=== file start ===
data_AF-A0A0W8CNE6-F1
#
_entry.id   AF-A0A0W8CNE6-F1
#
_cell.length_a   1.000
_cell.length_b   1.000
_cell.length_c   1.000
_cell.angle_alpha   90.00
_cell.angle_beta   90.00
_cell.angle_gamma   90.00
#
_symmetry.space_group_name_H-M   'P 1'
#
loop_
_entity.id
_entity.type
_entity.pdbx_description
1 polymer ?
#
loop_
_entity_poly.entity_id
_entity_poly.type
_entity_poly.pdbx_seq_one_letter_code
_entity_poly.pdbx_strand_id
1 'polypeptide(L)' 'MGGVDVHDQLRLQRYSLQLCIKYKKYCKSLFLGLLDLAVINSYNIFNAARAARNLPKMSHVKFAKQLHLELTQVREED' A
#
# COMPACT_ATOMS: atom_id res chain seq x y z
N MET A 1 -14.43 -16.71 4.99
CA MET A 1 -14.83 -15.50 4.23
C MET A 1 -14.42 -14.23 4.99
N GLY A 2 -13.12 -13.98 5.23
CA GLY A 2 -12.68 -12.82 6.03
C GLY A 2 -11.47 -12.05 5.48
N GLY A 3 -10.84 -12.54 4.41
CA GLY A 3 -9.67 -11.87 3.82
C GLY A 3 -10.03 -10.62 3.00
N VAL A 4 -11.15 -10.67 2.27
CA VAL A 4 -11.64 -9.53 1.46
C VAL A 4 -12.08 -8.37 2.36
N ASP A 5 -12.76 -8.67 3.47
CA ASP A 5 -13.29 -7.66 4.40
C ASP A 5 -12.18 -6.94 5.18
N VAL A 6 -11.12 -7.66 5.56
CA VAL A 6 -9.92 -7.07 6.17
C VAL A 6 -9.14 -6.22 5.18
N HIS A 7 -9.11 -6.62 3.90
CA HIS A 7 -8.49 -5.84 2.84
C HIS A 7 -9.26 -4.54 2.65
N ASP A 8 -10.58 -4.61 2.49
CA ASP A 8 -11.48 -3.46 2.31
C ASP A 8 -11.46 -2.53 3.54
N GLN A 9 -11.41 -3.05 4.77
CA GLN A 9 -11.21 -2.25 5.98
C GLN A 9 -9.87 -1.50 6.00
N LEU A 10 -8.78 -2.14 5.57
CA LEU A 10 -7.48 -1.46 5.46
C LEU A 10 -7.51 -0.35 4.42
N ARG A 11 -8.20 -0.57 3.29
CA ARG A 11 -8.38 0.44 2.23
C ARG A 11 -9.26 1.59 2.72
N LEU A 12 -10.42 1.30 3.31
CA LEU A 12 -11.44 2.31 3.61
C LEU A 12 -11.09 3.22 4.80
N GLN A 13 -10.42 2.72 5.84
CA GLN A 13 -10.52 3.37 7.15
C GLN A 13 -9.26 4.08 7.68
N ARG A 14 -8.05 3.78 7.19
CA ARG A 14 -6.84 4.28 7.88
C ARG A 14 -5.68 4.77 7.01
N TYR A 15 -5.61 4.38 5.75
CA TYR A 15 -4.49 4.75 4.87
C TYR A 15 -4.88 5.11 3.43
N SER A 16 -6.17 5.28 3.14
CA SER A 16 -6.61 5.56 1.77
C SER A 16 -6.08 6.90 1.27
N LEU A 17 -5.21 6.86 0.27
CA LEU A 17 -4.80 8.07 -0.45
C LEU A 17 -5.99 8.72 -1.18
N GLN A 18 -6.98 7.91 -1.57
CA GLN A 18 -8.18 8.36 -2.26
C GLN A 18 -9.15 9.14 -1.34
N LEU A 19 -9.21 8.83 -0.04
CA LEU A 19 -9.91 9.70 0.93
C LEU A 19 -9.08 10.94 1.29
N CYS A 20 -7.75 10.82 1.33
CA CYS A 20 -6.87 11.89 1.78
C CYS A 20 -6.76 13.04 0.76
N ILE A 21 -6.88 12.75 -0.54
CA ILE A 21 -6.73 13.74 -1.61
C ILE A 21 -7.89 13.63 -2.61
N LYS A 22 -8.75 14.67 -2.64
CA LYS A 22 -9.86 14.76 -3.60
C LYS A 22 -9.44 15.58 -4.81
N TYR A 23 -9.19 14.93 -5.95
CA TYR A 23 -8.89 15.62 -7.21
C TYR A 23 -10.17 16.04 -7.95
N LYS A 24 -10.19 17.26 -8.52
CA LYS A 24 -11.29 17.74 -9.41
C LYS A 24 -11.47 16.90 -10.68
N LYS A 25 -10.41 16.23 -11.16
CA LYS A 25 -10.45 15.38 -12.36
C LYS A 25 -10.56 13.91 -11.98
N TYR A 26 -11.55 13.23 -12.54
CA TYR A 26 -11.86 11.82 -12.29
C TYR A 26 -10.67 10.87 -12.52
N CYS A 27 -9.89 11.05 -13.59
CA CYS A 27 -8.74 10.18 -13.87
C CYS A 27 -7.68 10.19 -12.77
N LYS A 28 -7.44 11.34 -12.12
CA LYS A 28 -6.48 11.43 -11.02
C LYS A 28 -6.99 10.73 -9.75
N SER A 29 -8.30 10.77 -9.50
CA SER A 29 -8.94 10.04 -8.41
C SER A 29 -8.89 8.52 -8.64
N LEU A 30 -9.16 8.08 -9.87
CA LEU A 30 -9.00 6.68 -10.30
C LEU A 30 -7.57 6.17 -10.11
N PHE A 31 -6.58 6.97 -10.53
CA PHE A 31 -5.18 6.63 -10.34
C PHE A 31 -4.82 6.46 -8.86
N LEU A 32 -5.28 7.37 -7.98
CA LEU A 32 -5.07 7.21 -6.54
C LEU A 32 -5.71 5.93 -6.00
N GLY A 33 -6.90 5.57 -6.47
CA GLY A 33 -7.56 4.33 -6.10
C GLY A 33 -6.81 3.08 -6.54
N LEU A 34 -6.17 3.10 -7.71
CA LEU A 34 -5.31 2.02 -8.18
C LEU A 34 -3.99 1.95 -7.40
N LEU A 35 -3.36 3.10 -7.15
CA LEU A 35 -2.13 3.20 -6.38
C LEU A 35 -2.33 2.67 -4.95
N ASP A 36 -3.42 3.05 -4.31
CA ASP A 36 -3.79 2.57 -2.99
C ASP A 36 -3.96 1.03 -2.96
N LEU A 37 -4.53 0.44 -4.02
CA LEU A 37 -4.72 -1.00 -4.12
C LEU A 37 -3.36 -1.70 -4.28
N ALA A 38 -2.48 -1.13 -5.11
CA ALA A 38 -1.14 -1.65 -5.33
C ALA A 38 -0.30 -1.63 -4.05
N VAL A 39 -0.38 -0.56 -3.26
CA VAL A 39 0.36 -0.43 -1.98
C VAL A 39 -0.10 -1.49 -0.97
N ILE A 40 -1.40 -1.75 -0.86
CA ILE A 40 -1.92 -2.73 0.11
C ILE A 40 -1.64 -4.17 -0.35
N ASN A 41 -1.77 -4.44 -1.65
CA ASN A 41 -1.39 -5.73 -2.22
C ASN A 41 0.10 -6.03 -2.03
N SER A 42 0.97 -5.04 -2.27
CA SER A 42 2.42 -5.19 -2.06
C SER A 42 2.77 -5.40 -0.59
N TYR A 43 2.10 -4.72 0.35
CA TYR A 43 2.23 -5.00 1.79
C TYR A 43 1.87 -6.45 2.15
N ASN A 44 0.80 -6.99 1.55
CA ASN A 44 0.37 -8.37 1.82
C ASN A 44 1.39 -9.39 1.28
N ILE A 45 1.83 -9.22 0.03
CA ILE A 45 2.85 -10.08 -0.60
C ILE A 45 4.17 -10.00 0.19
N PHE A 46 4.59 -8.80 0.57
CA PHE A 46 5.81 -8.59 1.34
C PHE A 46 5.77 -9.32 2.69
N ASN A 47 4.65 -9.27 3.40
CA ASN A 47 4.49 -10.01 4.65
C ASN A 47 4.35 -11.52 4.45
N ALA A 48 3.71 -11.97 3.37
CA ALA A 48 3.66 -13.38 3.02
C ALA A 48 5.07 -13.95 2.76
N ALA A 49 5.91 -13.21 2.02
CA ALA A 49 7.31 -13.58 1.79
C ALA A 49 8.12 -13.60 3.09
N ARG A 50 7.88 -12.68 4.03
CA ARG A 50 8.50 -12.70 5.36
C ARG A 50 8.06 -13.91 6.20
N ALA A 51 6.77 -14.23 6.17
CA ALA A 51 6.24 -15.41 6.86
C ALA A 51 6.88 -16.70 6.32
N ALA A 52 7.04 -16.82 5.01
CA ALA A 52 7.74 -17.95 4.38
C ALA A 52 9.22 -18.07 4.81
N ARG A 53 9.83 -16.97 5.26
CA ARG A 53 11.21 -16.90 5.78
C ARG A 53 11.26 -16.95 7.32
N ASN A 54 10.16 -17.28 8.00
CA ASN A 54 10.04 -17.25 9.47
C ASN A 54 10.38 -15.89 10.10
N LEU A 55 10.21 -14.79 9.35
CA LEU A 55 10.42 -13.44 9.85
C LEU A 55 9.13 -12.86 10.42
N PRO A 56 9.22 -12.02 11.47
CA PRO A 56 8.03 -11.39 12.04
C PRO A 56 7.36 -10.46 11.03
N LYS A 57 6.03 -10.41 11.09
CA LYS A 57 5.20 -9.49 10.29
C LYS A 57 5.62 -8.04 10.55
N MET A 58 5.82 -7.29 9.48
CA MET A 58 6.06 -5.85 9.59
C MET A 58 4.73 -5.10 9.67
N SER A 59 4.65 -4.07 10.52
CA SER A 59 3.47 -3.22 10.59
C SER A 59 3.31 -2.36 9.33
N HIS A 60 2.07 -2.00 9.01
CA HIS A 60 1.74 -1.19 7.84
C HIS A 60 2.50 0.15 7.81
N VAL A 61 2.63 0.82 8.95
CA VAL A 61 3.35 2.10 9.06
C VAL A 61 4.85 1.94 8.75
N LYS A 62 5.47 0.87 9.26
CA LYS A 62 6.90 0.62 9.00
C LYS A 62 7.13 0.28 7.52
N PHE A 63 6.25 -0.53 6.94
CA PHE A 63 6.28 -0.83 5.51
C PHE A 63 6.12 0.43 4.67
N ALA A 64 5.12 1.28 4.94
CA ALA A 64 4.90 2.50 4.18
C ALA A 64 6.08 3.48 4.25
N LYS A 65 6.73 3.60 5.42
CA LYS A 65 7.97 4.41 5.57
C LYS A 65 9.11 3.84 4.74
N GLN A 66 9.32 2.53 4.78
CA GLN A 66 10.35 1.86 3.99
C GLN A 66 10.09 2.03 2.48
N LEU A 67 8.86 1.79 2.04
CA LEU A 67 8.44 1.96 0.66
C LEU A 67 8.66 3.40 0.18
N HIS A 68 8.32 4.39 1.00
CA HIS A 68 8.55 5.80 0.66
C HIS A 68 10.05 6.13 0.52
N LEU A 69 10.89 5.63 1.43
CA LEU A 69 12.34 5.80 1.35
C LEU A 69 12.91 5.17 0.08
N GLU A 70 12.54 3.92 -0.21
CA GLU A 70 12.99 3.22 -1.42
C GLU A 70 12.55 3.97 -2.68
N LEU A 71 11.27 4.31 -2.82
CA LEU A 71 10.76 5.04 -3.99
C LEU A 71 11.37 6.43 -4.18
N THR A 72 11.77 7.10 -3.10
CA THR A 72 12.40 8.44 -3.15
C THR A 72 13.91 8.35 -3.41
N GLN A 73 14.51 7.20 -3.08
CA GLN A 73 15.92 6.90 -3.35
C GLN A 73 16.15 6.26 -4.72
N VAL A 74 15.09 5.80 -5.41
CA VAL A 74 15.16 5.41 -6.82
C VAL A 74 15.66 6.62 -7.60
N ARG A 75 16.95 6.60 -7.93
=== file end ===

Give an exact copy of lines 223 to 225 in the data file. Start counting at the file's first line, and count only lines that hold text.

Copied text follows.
N GLN A 66 9.32 2.53 4.78
CA GLN A 66 10.35 1.86 3.99
C GLN A 66 10.09 2.03 2.48